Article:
On arrival at a friend's house in Cape Town the first thing we notice are the signs on nearly every property - Cape Bowl Armed Response. Showing us the keys he says, 'Whatever you do don't click the clicker on the left. You'll have armed guards here in three minutes.'
Later, leaving the house to go pick up our rental car, he slipped the Congolese street guard, armed with a big nightstick, a 50 Rand note saying, 'Remember, this is my car here. Here!'
The sign in the photo was in the garden of a modest one story house in west Montagu, a small town in the peach and apricot belt of the Western Cape. We stayed up the road in a cottage with a single lock on the door and minimal bars on the windows. I tied the fan light window shut in the bathroom with the cord from our electric toothbrush.
In his book, Ways of Staying, reporter Kevin Bloom reflects on the shocking murder of his cousin, kidnapped after a dinner party in Bakoven, Cape Town and reports in detail on the rape of a young white woman in Johannesberg. His book discusses the dilemma faced by white South Africans - 'with passports in their back pockets' - do I stay or do I go?
Is it safe? That depends on who you are, where you live, and how much you are willing to curtail your lifestyle to stay safe. If you are a tourist in Cape Town you can be shunted from the ultra-safe V and A Waterfront, to the Table Mountain Cable Car, to the penguins at Simons Town, and to Cape Point with little fear. If you are the black African woman coming to serve breakfast to the tourists you might be taking three mini-bus taxi rides to get to work from the township you live in where they have been more than 500 murders in the last five years, and where robbery, rape and assault are rife.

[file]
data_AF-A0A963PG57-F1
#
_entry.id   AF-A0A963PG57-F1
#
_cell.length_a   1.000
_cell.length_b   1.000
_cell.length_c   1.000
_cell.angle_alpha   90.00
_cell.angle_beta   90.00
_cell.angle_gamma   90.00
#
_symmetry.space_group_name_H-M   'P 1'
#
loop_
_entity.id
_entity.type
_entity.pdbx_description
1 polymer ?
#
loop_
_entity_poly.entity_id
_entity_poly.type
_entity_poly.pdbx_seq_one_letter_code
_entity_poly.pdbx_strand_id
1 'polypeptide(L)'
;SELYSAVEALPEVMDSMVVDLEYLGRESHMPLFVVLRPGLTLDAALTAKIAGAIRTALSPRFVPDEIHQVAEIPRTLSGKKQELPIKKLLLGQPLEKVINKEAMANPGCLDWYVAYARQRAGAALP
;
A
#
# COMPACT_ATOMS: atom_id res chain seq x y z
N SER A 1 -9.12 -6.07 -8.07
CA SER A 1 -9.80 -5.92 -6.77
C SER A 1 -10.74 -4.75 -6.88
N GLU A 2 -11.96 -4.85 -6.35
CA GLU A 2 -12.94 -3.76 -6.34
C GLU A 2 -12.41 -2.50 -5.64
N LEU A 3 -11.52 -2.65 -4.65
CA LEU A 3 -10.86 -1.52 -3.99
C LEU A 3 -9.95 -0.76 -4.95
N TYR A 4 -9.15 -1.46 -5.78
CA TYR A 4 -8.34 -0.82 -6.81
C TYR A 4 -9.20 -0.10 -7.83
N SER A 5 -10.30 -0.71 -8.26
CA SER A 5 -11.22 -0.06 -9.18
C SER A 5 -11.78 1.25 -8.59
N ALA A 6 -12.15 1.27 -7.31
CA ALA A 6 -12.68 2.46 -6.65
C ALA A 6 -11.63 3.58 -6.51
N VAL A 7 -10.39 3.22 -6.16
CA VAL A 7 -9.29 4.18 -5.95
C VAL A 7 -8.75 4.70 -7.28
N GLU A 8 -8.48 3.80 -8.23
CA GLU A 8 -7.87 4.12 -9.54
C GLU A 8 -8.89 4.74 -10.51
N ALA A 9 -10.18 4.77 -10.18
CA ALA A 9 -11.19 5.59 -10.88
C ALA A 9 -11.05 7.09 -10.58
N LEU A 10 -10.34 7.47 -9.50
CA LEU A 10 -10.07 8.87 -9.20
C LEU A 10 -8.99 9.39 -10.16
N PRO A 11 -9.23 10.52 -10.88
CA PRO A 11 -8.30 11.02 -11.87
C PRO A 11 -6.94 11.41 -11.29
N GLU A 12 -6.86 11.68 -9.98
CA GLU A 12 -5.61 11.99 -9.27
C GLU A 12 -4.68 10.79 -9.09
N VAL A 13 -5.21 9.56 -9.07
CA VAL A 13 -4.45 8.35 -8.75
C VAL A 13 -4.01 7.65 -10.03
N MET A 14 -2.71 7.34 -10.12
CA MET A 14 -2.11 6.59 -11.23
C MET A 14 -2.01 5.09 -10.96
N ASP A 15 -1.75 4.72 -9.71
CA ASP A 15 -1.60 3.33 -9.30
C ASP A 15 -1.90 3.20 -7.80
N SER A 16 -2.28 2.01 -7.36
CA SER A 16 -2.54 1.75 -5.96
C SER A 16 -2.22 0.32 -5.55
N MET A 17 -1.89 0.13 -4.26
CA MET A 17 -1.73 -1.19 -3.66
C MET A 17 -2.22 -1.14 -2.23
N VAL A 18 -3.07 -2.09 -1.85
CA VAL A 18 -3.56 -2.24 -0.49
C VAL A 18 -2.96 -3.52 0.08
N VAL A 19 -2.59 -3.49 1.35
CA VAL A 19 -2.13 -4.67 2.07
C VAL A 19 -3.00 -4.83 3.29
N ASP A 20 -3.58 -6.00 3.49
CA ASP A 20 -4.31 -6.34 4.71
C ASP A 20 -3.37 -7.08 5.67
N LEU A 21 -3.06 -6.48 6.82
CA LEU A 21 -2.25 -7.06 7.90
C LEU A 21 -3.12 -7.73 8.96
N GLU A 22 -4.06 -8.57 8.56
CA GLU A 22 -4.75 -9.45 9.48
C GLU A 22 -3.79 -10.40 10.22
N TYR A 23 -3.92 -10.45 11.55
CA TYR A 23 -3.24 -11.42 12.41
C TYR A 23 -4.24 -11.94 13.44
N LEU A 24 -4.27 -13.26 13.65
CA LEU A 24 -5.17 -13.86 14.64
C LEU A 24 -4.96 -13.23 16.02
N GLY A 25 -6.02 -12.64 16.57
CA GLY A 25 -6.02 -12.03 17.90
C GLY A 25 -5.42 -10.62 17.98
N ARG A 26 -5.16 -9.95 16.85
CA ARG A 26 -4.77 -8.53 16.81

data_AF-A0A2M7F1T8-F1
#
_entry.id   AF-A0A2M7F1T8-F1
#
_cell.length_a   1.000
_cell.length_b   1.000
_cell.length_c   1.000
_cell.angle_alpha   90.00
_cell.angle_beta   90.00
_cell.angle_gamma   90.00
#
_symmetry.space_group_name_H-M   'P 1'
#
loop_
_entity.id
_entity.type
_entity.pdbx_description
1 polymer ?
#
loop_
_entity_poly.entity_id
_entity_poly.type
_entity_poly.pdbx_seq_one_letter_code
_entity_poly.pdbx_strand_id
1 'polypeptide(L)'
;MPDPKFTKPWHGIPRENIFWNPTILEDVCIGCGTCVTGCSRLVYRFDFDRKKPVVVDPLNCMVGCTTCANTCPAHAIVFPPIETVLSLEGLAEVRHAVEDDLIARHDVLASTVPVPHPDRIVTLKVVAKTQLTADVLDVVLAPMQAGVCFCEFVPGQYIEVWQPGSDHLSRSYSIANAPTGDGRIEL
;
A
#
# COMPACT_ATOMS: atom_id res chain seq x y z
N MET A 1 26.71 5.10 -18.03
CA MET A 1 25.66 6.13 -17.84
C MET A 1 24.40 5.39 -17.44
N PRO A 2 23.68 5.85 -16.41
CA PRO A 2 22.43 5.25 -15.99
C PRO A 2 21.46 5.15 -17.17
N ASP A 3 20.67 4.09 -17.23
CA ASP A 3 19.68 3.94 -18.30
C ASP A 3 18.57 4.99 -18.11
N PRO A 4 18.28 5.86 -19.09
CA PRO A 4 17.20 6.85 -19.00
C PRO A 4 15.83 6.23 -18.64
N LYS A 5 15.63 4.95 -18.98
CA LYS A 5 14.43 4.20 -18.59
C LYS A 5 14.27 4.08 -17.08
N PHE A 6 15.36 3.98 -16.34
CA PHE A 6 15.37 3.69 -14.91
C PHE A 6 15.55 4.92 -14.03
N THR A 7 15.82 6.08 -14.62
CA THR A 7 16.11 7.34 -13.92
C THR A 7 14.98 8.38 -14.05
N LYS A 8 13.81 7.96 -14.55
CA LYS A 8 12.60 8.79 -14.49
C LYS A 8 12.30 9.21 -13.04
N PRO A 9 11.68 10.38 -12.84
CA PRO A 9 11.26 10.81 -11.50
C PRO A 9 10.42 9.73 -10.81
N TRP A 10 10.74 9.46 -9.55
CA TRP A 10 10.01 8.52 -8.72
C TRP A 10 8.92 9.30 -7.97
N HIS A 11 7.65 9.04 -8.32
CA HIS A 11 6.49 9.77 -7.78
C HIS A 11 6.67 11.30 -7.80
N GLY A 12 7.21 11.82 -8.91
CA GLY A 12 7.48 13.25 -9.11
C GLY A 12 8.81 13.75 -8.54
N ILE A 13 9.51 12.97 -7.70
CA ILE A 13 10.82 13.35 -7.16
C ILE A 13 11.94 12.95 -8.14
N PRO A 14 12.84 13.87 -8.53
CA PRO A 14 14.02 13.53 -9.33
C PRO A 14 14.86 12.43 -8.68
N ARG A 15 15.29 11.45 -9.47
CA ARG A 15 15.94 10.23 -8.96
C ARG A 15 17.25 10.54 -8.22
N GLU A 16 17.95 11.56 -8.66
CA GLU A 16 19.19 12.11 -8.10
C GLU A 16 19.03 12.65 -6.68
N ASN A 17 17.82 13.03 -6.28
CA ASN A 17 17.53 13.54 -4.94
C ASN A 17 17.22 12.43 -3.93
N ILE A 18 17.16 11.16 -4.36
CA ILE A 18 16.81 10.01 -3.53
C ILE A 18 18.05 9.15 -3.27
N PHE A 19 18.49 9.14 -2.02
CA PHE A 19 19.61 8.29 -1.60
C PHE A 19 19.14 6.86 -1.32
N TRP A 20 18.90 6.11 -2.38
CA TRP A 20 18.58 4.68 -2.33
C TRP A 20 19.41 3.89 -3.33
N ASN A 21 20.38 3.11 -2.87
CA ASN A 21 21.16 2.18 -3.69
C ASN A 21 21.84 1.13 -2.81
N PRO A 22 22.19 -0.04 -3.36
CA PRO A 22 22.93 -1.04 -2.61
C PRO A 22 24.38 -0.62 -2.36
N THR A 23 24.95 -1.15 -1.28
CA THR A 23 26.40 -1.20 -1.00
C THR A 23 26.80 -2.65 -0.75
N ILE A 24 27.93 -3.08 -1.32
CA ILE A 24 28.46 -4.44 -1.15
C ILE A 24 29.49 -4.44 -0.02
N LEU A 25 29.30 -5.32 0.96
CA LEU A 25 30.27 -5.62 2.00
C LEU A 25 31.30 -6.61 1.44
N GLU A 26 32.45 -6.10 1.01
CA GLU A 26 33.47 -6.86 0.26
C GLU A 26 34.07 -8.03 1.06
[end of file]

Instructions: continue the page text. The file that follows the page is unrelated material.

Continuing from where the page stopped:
In 2010 there were 46 murders a day in South Africa. The equivalent figure in 2008 in the US was 39 murders a day, which has a population (313m 2012) five times greater than that of South Africa (50m 2011). In 1998-2000 the UN ranked South Africa number one for rapes per capita in the world and in 2009 25 per cent of South African men admitted to rape in research by the Medical Research Council.
In 1999 the South African Police Force employed 127,000 people while the private security business employed between 300,000 and 350,000 people (see Ivan Vladislavic Portrait with Keys: The City of Johannesburg Unlocked, 2006 p.73)
A report from the South African Institute of Race Relations in 2012 concluded that white South Africans were not more at risk of crime than the population as a whole,
South Africans of all races and backgrounds share in the experience of a police force that is sadly often unable or ill-equipped to effectively solve crime and convict criminals. Only 5% of so-called trio crimes reported (carjackings, and business and house robberies) result in convictions.